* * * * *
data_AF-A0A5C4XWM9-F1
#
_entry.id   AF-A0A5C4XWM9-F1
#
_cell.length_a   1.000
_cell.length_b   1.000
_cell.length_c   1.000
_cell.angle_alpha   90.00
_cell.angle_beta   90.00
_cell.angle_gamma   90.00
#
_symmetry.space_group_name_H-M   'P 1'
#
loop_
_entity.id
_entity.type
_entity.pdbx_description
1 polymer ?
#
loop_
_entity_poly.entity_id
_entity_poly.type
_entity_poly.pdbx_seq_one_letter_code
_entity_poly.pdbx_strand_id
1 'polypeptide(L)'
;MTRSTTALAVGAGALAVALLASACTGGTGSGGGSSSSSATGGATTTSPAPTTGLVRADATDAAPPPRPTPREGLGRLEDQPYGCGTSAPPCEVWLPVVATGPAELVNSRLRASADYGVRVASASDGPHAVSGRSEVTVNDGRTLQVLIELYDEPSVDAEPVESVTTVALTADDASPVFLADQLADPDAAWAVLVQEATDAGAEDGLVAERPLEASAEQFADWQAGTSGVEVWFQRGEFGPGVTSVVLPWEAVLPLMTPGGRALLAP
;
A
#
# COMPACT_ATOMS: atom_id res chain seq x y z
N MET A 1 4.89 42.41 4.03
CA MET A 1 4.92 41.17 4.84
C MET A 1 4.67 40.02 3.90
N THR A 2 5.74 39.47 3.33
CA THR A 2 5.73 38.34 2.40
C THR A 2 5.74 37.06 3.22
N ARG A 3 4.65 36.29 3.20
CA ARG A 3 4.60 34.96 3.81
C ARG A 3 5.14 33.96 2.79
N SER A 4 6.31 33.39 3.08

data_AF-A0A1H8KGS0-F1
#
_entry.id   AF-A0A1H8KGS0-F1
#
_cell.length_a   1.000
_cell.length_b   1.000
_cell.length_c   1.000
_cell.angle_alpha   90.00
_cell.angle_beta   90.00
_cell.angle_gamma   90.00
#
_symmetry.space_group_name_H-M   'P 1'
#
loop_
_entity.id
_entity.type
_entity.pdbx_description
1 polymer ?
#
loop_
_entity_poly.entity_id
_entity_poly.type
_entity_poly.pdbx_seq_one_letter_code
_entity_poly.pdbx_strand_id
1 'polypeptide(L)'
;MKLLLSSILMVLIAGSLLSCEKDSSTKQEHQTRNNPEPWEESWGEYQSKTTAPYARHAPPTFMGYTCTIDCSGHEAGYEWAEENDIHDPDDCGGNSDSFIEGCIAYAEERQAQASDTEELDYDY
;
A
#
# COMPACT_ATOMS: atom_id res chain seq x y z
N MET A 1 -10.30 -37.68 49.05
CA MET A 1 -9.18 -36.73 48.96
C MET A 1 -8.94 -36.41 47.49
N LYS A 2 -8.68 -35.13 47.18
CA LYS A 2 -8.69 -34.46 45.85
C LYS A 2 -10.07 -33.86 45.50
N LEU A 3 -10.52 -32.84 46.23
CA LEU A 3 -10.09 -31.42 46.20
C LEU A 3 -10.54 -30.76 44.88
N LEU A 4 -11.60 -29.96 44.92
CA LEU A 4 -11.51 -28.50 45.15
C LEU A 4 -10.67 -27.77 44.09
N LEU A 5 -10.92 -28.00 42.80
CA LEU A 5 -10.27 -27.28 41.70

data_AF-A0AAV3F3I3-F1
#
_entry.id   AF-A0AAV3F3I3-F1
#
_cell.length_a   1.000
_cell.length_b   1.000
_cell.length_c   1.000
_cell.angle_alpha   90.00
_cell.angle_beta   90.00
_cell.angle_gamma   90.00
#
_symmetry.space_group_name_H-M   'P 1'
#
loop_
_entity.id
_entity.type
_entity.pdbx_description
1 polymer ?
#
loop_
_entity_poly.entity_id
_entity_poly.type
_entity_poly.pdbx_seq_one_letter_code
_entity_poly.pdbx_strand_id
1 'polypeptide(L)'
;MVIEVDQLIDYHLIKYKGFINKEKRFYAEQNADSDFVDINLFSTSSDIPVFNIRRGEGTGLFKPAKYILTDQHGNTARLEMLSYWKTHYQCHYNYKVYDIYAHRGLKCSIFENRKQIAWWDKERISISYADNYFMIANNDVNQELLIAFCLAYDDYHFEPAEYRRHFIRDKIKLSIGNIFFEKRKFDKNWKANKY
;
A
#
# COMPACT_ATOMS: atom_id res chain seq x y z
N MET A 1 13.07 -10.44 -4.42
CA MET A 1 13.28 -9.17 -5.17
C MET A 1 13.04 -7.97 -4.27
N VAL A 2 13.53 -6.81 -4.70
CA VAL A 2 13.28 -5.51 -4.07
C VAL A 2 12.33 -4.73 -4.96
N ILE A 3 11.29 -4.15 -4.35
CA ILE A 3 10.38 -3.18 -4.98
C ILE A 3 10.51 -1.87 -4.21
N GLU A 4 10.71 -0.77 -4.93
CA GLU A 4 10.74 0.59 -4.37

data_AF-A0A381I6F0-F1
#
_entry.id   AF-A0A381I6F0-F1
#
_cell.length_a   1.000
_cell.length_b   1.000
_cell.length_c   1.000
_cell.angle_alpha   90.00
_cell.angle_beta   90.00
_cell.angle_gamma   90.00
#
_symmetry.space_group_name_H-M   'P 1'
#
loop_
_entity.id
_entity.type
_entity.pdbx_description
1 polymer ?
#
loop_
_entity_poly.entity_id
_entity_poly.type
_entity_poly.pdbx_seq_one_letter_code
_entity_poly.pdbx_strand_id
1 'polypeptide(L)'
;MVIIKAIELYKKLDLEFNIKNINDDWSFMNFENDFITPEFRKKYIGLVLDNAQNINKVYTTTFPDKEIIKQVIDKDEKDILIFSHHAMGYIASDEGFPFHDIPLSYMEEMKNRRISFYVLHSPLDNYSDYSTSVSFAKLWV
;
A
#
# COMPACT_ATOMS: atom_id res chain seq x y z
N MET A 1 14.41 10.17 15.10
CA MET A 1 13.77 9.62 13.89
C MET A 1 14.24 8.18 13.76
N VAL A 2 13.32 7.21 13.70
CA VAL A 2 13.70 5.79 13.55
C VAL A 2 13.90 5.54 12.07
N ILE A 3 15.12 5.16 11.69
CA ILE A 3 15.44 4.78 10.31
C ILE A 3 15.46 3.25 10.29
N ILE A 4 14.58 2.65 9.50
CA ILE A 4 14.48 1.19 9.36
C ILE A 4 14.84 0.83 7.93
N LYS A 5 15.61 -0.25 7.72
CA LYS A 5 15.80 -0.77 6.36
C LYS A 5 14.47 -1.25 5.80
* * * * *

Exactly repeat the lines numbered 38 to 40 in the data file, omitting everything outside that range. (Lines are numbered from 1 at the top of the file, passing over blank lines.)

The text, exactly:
CA ARG A 3 4.60 34.96 3.81
C ARG A 3 5.14 33.96 2.79
N SER A 4 6.31 33.39 3.08